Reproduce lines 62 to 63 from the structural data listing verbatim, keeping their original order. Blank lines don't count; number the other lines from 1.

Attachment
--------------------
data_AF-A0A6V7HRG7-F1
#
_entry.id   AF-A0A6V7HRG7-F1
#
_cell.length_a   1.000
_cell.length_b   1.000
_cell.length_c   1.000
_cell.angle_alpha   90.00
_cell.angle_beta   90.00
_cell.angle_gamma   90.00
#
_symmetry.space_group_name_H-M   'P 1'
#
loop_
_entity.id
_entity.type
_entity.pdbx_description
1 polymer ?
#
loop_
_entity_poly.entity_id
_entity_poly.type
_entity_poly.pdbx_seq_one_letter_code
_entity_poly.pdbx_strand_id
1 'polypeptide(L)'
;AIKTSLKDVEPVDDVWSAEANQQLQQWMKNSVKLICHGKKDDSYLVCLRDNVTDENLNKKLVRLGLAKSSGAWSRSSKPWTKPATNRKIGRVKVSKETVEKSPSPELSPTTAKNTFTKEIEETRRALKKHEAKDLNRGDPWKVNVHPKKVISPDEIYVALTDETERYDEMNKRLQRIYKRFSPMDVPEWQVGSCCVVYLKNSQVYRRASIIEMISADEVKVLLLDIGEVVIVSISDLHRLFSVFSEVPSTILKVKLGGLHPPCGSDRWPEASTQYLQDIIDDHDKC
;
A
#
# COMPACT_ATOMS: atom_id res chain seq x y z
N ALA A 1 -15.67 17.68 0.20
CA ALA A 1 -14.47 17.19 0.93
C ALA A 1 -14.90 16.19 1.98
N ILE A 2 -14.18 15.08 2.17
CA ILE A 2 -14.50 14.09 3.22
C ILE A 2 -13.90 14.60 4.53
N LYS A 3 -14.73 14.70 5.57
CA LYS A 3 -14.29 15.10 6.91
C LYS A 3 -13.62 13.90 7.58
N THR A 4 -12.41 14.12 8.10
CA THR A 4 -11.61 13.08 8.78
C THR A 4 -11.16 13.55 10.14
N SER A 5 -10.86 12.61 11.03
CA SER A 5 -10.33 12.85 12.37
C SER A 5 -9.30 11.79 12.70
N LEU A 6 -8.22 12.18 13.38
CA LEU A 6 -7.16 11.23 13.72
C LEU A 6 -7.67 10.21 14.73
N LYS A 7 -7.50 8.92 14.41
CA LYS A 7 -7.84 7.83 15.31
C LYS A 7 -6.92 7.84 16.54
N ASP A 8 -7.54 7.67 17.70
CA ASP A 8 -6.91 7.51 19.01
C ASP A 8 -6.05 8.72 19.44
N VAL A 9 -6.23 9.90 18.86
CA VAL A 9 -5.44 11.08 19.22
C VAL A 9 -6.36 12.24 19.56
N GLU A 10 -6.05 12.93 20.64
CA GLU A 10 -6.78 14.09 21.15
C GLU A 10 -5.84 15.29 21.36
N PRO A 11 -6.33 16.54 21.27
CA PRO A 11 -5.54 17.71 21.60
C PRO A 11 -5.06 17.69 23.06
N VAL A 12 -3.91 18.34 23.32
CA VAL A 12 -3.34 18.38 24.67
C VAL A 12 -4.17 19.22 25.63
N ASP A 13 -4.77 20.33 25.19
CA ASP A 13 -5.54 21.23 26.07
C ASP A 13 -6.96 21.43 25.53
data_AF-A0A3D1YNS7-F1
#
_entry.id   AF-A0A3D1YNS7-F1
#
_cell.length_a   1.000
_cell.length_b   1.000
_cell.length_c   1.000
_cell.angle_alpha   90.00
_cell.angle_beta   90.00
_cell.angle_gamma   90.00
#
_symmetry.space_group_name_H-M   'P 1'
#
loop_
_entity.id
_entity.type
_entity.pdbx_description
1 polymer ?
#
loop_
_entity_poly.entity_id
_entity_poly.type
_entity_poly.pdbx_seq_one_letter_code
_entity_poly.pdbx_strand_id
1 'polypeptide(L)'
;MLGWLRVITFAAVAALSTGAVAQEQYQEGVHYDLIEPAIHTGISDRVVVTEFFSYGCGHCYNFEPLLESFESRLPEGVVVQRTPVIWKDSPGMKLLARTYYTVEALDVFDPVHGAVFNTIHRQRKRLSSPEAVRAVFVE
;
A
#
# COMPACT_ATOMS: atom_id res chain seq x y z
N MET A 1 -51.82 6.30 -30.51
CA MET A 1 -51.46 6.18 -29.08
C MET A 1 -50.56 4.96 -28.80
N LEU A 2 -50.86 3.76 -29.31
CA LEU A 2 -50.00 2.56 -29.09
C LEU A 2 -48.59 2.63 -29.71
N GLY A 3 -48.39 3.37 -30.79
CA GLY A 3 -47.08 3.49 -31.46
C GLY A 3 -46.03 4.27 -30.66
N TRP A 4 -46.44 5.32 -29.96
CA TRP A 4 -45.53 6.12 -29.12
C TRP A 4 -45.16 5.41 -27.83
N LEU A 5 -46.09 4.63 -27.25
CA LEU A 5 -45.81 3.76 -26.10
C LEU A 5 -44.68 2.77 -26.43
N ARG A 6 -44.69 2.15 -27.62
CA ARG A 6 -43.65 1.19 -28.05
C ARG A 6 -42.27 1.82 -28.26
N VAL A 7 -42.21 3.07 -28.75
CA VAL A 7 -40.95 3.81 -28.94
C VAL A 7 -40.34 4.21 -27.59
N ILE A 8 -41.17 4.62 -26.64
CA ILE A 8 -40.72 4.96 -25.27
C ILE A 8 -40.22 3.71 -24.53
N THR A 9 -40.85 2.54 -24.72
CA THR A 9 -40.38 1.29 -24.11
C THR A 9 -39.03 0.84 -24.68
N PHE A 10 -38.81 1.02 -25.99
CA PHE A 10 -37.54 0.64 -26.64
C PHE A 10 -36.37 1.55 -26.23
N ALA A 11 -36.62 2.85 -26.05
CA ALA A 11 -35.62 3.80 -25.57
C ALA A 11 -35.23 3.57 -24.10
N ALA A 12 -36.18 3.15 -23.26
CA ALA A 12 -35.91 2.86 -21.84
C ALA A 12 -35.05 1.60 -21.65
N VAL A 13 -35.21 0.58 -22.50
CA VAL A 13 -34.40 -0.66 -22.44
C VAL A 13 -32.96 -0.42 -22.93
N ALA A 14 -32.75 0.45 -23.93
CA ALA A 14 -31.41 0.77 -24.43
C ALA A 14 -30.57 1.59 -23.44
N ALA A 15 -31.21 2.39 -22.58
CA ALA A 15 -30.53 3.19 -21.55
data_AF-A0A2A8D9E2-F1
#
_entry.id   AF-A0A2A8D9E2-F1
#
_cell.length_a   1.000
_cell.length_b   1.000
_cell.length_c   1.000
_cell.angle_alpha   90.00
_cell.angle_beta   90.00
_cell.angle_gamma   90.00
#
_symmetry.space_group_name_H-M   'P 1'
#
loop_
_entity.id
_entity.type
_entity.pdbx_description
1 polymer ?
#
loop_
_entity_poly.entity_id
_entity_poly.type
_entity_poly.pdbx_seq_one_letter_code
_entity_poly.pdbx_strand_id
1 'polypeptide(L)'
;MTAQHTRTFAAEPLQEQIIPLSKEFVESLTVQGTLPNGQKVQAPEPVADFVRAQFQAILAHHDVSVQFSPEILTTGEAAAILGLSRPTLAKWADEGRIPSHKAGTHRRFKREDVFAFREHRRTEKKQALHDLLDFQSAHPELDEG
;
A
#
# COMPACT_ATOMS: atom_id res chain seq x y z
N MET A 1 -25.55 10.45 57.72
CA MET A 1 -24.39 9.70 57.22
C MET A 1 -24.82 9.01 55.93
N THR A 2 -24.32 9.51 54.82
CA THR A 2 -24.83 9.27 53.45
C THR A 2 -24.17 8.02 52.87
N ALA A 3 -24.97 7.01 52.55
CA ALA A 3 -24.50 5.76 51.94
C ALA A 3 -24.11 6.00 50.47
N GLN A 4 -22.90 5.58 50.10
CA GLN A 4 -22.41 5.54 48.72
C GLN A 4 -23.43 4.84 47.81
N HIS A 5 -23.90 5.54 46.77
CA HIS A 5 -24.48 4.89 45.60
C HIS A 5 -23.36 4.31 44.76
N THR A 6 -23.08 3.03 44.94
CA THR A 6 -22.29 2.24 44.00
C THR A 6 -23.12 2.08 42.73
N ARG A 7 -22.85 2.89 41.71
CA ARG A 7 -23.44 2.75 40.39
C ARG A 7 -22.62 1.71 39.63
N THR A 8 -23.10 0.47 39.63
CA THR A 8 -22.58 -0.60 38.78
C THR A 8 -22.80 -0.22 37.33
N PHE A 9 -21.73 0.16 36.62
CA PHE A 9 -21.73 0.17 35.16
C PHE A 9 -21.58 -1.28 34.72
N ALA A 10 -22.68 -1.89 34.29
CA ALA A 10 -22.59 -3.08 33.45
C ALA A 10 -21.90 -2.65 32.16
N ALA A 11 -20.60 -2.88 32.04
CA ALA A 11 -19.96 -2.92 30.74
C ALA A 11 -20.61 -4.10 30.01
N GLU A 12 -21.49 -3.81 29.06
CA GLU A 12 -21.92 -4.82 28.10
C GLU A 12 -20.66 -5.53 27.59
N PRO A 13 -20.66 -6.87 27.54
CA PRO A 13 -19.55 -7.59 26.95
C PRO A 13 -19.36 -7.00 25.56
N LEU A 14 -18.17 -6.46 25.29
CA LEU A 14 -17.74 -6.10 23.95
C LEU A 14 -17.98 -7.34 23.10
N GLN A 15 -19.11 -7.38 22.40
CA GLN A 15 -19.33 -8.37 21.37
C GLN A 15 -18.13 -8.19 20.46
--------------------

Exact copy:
CA PRO A 11 -5.54 17.71 21.60
C PRO A 11 -5.06 17.69 23.06